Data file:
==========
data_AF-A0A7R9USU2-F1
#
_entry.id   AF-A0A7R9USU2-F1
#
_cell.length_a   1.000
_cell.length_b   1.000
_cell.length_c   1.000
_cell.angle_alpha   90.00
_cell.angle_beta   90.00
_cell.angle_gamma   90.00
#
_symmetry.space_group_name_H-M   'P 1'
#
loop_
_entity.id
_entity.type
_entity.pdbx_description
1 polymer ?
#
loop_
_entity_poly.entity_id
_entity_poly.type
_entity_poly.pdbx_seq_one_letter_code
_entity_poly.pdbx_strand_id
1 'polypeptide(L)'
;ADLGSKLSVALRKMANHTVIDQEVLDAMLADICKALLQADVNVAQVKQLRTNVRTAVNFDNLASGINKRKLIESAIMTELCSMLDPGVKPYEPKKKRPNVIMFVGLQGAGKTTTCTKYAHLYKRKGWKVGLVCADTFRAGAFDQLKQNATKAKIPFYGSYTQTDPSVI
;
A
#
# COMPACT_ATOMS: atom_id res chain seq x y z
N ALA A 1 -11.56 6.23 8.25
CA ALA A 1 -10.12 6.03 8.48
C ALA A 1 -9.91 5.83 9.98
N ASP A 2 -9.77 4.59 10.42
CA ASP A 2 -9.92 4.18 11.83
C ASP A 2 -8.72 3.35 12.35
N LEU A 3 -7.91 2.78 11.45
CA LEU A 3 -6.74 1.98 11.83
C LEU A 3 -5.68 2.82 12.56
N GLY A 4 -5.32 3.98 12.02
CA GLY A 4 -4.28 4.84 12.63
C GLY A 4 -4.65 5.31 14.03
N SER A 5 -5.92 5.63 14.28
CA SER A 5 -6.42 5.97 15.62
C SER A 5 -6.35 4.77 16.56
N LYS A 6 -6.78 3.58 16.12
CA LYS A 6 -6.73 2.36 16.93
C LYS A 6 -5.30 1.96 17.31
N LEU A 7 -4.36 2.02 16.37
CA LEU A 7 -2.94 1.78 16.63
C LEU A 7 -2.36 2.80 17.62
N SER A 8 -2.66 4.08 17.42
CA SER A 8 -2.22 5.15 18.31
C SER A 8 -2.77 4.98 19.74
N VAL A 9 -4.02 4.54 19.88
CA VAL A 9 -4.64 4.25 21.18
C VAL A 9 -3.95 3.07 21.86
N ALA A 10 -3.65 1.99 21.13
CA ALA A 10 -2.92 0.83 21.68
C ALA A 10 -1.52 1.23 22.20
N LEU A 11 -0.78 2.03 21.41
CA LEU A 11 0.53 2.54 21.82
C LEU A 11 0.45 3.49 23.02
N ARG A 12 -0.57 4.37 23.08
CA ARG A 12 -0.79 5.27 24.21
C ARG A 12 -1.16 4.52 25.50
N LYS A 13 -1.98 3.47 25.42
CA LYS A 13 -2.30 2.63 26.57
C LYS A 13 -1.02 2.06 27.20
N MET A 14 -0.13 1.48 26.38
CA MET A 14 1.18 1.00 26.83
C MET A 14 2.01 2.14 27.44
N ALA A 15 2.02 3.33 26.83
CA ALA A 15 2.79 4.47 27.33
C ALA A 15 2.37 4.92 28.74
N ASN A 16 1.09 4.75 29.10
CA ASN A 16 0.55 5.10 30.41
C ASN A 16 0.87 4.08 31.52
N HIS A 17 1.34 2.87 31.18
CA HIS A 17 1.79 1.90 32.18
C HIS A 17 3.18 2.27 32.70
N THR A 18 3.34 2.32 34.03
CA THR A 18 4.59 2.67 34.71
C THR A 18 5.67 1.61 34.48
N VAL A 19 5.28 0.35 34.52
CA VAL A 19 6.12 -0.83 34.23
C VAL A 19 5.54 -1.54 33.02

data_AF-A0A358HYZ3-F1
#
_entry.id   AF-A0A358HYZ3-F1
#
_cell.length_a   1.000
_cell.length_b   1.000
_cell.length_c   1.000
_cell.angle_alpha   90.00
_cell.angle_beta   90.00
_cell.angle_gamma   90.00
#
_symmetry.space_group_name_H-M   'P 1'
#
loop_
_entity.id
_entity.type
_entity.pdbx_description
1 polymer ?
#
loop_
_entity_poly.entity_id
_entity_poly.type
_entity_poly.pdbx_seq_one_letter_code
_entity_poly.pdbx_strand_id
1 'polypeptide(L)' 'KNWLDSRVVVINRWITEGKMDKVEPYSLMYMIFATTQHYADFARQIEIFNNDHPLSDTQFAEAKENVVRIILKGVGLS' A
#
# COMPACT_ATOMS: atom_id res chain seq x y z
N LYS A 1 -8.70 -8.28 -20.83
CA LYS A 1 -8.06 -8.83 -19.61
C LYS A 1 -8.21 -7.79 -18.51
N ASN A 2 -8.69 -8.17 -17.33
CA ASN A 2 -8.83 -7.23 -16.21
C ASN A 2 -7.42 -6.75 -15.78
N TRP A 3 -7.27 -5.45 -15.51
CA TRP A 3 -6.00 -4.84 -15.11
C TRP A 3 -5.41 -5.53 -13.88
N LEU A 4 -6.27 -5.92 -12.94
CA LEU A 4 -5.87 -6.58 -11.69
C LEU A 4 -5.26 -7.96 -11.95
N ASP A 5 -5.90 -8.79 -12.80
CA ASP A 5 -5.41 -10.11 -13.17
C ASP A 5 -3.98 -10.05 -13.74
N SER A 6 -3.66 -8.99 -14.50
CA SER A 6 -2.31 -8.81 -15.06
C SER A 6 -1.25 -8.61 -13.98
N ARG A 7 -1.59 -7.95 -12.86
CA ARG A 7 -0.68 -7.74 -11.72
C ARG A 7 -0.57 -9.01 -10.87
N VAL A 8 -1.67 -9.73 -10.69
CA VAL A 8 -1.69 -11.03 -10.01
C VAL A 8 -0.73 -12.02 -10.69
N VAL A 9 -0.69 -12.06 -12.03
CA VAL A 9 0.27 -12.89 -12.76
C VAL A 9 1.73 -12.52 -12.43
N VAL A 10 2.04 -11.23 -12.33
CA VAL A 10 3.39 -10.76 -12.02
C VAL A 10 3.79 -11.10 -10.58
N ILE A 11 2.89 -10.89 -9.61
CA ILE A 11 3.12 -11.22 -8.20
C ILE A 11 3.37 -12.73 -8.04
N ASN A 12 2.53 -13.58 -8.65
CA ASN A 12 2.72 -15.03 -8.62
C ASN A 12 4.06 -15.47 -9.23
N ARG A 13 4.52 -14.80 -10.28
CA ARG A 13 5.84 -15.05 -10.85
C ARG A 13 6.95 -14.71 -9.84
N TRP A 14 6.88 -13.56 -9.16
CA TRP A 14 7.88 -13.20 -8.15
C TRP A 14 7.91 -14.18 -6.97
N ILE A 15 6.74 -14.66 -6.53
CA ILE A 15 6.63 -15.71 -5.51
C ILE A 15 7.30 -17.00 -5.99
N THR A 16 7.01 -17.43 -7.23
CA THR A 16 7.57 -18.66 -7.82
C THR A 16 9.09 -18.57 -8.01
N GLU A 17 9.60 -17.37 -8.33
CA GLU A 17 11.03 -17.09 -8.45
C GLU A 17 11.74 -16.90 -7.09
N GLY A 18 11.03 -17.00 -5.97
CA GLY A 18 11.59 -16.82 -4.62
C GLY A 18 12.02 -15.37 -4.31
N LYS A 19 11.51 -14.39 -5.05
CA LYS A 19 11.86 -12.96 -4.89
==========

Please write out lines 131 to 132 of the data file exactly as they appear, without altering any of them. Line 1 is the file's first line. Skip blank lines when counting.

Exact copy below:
CA SER A 6 -2.31 -8.81 -15.06
C SER A 6 -1.25 -8.61 -13.98